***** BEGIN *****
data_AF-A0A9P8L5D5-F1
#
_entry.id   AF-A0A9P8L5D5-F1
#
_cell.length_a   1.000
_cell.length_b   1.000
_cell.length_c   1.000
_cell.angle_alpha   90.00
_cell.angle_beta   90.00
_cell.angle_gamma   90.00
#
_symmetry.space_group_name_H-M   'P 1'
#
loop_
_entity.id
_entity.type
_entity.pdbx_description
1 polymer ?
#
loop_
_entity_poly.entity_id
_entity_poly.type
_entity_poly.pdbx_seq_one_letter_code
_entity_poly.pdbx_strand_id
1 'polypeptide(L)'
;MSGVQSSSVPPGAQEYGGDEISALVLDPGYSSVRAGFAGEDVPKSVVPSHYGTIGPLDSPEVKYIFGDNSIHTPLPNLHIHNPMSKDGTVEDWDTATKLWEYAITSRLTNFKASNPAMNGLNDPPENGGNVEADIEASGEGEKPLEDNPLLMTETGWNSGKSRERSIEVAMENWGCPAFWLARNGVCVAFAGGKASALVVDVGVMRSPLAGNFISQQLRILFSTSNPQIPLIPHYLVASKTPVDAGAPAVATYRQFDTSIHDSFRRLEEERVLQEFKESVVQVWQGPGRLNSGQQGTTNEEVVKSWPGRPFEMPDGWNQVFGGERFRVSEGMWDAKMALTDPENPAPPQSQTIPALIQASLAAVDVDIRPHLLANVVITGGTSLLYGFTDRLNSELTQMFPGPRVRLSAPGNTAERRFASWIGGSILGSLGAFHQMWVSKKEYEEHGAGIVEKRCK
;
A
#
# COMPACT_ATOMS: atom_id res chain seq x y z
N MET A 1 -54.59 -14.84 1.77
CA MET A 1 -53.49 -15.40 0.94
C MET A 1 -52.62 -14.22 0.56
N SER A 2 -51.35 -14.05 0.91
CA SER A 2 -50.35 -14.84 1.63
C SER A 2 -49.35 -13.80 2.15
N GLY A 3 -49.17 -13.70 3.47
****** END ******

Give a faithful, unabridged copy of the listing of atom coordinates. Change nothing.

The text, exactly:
data_AF-A0A9P8L5D5-F1
#
_entry.id   AF-A0A9P8L5D5-F1
#
_cell.length_a   1.000
_cell.length_b   1.000
_cell.length_c   1.000
_cell.angle_alpha   90.00
_cell.angle_beta   90.00
_cell.angle_gamma   90.00
#
_symmetry.space_group_name_H-M   'P 1'
#
loop_
_entity.id
_entity.type
_entity.pdbx_description
1 polymer ?
#
loop_
_entity_poly.entity_id
_entity_poly.type
_entity_poly.pdbx_seq_one_letter_code
_entity_poly.pdbx_strand_id
1 'polypeptide(L)'
;MSGVQSSSVPPGAQEYGGDEISALVLDPGYSSVRAGFAGEDVPKSVVPSHYGTIGPLDSPEVKYIFGDNSIHTPLPNLHIHNPMSKDGTVEDWDTATKLWEYAITSRLTNFKASNPAMNGLNDPPENGGNVEADIEASGEGEKPLEDNPLLMTETGWNSGKSRERSIEVAMENWGCPAFWLARNGVCVAFAGGKASALVVDVGVMRSPLAGNFISQQLRILFSTSNPQIPLIPHYLVASKTPVDAGAPAVATYRQFDTSIHDSFRRLEEERVLQEFKESVVQVWQGPGRLNSGQQGTTNEEVVKSWPGRPFEMPDGWNQVFGGERFRVSEGMWDAKMALTDPENPAPPQSQTIPALIQASLAAVDVDIRPHLLANVVITGGTSLLYGFTDRLNSELTQMFPGPRVRLSAPGNTAERRFASWIGGSILGSLGAFHQMWVSKKEYEEHGAGIVEKRCK
;
A
#
# COMPACT_ATOMS: atom_id res chain seq x y z
N MET A 1 -54.59 -14.84 1.77
CA MET A 1 -53.49 -15.40 0.94
C MET A 1 -52.62 -14.22 0.56
N SER A 2 -51.35 -14.05 0.91
CA SER A 2 -50.35 -14.84 1.63
C SER A 2 -49.35 -13.80 2.15
N GLY A 3 -49.17 -13.70 3.47